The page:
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Integrated Risk Management

Data Breaches WILL Happen: The Three Pillars Of Mitigation

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As we’ve all seen in the predictions for 2019, more and more cyber attacks and data breaches are expected. Statistically, it only makes sense: with more organizations embracing digitization, the more organizations that are at risk for an attack.

For CISO’s today it is more a matter of when than if you will be attacked. Don’t lose hope though. I’m not saying throw in the towel and bring down the firewall. Instead, as a modern security leader, you must prepare yourself for a shortcoming. Just like any other business unit leader, you will miss projections, and there will be times where missteps occur. What we must do as security leaders is to reduce the probability that a data breach will happen and aid in the response when it does.

People and culture

The foundational aspect to both reducing the probability of a data breach as well as mitigating the damage when it does is your entire organization. To date, information security has been confined to one business unit and to this point that has been fine - the tools and platforms that the entire enterprise had access to passed through IT as their integration and procurement was too complex for anyone else. Not so anymore. The ability to rapidly adopt new tools has spanned beyond the IT team into the entire organization. Without a risk-aware culture, these business units that take in new technology are creating an ever-expanding attack surface. As more information comes to light about the Marriott data breach, it is more and more suspected that the intruders accessed the systems through employee credentials. With a robust risk-aware culture in place, you are not eliminating the possibility of a breach but significantly reducing the risk of a data breach.

The face value of propagating a risk-aware culture (reducing the probability of a breach) aside, there is a more public-facing reason for educating the entire business on risk: a business’ employees are its greatest advocate or weakness. When a breach does occur, an organization’s employees can come to its defense. We haven’t seen this event take place, where employees come to the defense of an employer on their data security, but we have seen the opposite. Returning to the Marriott data breach, Vox reported that some employees stated that the centralized reservation system (the primary source of the data) was difficult to secure. While this is not the source of Marriott’s problems, it does not help their position. By implementing strong culture practices and education around digital risk, employees can turn into advocates when a breach does occur - helping support your argument that you did everything possible to ensure it didn’t happen.

Organization

Gartner predicts that by 2022, business continuity teams will be rolled up into the greater risk management organization - no longer a free-standing unit. The digitization of an enterprise is a tectonic shift in the way these organizations approach their business. These shifts result in a need to rethink the structure of the organization. Siloed, fragmented organizations will fail at a higher rate than those that are integrated and collaborate. The same is true for security organizations: when a breach occurs, especially today, the entire enterprise falls under scrutiny. Stakeholders, both internal and external, demand answers. The increased education and access to information that these audiences have means that almost every aspect of the organization falls under scrutiny. When a breach occurs, the knowledge that the security organization (or lack thereof) was fragmented and the disparate teams weren’t communicating can be especially damning. The converse of that, though, is also true: an integrated risk approach can become an asset in your defense of a breach. Rather than hiding an incomprehensible org chart, you can say that your integrated team was doing everything possible to reduce that risk of a data breach.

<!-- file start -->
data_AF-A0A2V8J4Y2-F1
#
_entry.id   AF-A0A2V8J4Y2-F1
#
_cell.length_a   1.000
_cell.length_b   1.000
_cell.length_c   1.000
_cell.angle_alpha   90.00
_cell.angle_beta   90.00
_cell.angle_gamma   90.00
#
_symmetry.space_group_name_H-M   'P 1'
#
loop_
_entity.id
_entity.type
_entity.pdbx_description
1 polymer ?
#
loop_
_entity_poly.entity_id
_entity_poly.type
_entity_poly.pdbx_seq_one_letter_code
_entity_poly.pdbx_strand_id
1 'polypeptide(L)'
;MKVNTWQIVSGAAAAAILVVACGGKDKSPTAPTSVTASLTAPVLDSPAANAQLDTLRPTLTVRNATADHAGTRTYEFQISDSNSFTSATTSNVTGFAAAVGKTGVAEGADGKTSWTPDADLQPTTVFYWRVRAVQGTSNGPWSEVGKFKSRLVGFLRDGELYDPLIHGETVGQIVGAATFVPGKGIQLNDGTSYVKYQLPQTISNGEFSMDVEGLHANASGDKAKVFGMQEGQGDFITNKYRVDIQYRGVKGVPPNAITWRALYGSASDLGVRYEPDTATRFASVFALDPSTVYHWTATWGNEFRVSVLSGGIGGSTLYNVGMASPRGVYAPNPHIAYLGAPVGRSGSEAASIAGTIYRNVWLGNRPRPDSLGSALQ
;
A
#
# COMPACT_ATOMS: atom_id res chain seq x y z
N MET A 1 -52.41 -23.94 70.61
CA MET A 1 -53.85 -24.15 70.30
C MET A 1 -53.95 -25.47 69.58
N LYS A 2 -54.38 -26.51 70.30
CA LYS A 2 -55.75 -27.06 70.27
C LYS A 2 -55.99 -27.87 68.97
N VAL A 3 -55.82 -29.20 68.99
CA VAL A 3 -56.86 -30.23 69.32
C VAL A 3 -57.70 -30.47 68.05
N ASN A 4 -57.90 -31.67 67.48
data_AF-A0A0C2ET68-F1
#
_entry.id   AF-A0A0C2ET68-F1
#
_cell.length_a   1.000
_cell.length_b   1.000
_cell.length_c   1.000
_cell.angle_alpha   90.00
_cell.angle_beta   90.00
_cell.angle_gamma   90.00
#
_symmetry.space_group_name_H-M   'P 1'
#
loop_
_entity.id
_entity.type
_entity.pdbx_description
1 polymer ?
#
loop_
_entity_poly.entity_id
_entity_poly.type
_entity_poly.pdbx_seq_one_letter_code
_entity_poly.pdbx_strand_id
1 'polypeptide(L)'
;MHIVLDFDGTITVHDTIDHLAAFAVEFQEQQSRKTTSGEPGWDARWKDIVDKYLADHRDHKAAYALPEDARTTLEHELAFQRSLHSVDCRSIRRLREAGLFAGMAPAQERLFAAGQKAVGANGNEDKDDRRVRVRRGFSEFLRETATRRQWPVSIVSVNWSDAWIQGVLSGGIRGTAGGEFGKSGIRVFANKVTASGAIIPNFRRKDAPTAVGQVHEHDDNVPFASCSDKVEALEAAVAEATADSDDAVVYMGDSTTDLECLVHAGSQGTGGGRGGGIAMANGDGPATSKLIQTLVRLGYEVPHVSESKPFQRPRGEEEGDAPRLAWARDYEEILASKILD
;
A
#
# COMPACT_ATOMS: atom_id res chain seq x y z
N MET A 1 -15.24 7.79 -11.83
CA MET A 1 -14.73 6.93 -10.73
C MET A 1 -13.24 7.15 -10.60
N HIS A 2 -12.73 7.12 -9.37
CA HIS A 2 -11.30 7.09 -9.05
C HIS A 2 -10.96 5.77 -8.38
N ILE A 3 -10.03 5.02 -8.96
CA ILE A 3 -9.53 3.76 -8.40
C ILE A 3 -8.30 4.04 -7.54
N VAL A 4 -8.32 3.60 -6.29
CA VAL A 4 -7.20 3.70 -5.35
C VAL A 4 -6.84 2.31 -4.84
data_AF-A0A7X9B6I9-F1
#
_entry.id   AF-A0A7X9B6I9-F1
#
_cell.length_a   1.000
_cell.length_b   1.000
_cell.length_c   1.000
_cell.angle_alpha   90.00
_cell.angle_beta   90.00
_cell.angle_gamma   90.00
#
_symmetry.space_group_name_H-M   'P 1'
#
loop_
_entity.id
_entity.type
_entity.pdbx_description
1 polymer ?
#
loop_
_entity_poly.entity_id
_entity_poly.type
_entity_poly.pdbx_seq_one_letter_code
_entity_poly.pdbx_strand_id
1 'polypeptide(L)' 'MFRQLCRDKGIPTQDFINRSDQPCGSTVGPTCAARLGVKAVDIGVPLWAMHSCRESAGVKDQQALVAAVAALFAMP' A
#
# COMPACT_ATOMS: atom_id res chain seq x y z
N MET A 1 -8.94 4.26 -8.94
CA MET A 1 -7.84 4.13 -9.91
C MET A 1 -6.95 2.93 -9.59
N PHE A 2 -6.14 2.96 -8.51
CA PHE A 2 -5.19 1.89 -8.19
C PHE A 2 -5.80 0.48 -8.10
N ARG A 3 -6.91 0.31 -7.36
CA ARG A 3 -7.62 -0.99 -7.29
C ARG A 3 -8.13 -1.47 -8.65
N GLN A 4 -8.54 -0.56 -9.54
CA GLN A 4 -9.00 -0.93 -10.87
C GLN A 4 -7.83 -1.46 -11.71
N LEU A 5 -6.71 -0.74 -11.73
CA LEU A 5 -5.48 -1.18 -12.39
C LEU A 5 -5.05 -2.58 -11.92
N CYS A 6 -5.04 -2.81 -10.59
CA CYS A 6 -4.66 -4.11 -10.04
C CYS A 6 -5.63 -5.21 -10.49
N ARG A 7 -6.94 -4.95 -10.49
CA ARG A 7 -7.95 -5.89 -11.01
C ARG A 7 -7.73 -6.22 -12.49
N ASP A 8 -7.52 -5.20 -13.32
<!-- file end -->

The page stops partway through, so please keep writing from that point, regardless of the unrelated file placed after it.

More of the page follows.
Solution

The last piece of your risk reduction needs to come from a solution to augment your team’s ability. The tools that your team uses can be seen as a symbol of how your organization sees your business unit. In the event of a data breach, everything falls under scrutiny - even the tools you are using. Spreadsheets are a hard sell when you’re trying to convince an angry customer base that you’re taking security seriously. The tools available to security leaders today are too useful and easy to use for your organization to run on spreadsheets. Using tools with a live threat feed, AI backed risk remediation plans, and built around an integrated risk management approach show your CEO, your board, and the public that you are doing everything in your power to reduce the risk of a data breach.

It’s When Not If

The powerful combination of culture, people, and technology can significantly reduce your risk of a breach, but not eliminate. There’s no such thing as a completely secure organization that is still functioning. As security leaders, we cannot allow ourselves to be held to different standards than any other business leader: CFO’s will miss revenue projections, COO’s will miss unit demand, and CISO’s will be present for a breach. It will happen. All business leaders, though, must work to make sure it doesn’t, and so do security leaders. Security leaders have an advantage, though - security, unlike many business functions, is a team sport. By developing the three pillars of a secure organization: culture, organization, and solution, you can both mitigate the risks of a data breach while also lessening the blowback when it does.

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